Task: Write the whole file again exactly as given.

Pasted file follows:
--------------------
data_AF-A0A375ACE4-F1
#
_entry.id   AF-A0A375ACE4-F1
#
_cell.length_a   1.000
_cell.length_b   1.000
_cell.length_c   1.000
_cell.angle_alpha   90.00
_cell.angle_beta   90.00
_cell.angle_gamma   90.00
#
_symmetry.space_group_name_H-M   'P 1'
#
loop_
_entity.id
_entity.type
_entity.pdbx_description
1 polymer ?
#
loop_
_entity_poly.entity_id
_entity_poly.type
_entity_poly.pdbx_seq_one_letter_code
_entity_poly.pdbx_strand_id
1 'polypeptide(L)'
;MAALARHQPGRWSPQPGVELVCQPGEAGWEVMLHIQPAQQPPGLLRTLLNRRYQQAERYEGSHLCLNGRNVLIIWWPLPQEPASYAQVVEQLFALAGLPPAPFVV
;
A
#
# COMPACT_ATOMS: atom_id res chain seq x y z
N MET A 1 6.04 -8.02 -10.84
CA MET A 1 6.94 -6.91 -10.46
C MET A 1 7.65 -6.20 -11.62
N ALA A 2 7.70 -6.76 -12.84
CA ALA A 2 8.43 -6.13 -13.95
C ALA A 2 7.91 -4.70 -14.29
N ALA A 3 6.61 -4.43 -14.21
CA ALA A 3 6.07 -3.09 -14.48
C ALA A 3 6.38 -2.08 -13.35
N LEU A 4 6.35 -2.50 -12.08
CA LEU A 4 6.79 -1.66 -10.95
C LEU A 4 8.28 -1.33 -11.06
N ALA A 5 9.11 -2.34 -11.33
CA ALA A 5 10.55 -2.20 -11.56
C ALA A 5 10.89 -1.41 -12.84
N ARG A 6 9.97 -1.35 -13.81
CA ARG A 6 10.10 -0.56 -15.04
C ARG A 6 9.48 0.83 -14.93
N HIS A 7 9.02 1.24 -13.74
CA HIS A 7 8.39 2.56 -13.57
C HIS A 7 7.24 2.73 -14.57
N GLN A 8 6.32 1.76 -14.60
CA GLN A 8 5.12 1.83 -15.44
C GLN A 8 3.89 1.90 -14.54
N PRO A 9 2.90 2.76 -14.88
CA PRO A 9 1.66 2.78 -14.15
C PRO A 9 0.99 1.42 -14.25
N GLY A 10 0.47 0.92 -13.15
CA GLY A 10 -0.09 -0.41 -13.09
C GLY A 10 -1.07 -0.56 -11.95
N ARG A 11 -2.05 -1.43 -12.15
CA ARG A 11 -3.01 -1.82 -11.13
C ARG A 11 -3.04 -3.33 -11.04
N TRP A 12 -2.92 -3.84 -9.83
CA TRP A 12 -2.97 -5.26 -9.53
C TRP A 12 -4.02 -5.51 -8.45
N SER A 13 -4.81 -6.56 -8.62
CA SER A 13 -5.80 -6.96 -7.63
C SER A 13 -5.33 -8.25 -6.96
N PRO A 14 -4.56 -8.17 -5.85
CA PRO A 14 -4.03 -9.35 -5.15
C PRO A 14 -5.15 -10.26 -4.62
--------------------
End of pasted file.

data_AF-A0A375ACE4-F1
#
_entry.id   AF-A0A375ACE4-F1
#
_cell.length_a   1.000
_cell.length_b   1.000
_cell.length_c   1.000
_cell.angle_alpha   90.00
_cell.angle_beta   90.00
_cell.angle_gamma   90.00
#
_symmetry.space_group_name_H-M   'P 1'
#
loop_
_entity.id
_entity.type
_entity.pdbx_description
1 polymer ?
#
loop_
_entity_poly.entity_id
_entity_poly.type
_entity_poly.pdbx_seq_one_letter_code
_entity_poly.pdbx_strand_id
1 'polypeptide(L)'
;MAALARHQPGRWSPQPGVELVCQPGEAGWEVMLHIQPAQQPPGLLRTLLNRRYQQAERYEGSHLCLNGRNVLIIWWPLPQEPASYAQVVEQLFALAGLPPAPFVV
;
A
#
# COMPACT_ATOMS: atom_id res chain seq x y z
N MET A 1 6.04 -8.02 -10.84
CA MET A 1 6.94 -6.91 -10.46
C MET A 1 7.65 -6.20 -11.62
N ALA A 2 7.70 -6.76 -12.84
CA ALA A 2 8.43 -6.13 -13.95
C ALA A 2 7.91 -4.70 -14.29
N ALA A 3 6.61 -4.43 -14.21
CA ALA A 3 6.07 -3.09 -14.48
C ALA A 3 6.38 -2.08 -13.35
N LEU A 4 6.35 -2.50 -12.08
CA LEU A 4 6.79 -1.66 -10.95
C LEU A 4 8.28 -1.33 -11.06
N ALA A 5 9.11 -2.34 -11.33
CA ALA A 5 10.55 -2.20 -11.56
C ALA A 5 10.89 -1.41 -12.84
N ARG A 6 9.97 -1.35 -13.81
CA ARG A 6 10.10 -0.56 -15.04
C ARG A 6 9.48 0.83 -14.93
N HIS A 7 9.02 1.24 -13.74
CA HIS A 7 8.39 2.56 -13.57
C HIS A 7 7.24 2.73 -14.57
N GLN A 8 6.32 1.76 -14.60
CA GLN A 8 5.12 1.83 -15.44
C GLN A 8 3.89 1.90 -14.54
N PRO A 9 2.90 2.76 -14.88
CA PRO A 9 1.66 2.78 -14.15
C PRO A 9 0.99 1.42 -14.25
N GLY A 10 0.47 0.92 -13.15
CA GLY A 10 -0.09 -0.41 -13.09
C GLY A 10 -1.07 -0.56 -11.95
N ARG A 11 -2.05 -1.43 -12.15
CA ARG A 11 -3.01 -1.82 -11.13
C ARG A 11 -3.04 -3.33 -11.04
N TRP A 12 -2.92 -3.84 -9.83
CA TRP A 12 -2.97 -5.26 -9.53
C TRP A 12 -4.02 -5.51 -8.45
N SER A 13 -4.81 -6.56 -8.62
CA SER A 13 -5.80 -6.96 -7.63
C SER A 13 -5.33 -8.25 -6.96
N PRO A 14 -4.56 -8.17 -5.85
CA PRO A 14 -4.03 -9.35 -5.15
C PRO A 14 -5.15 -10.26 -4.62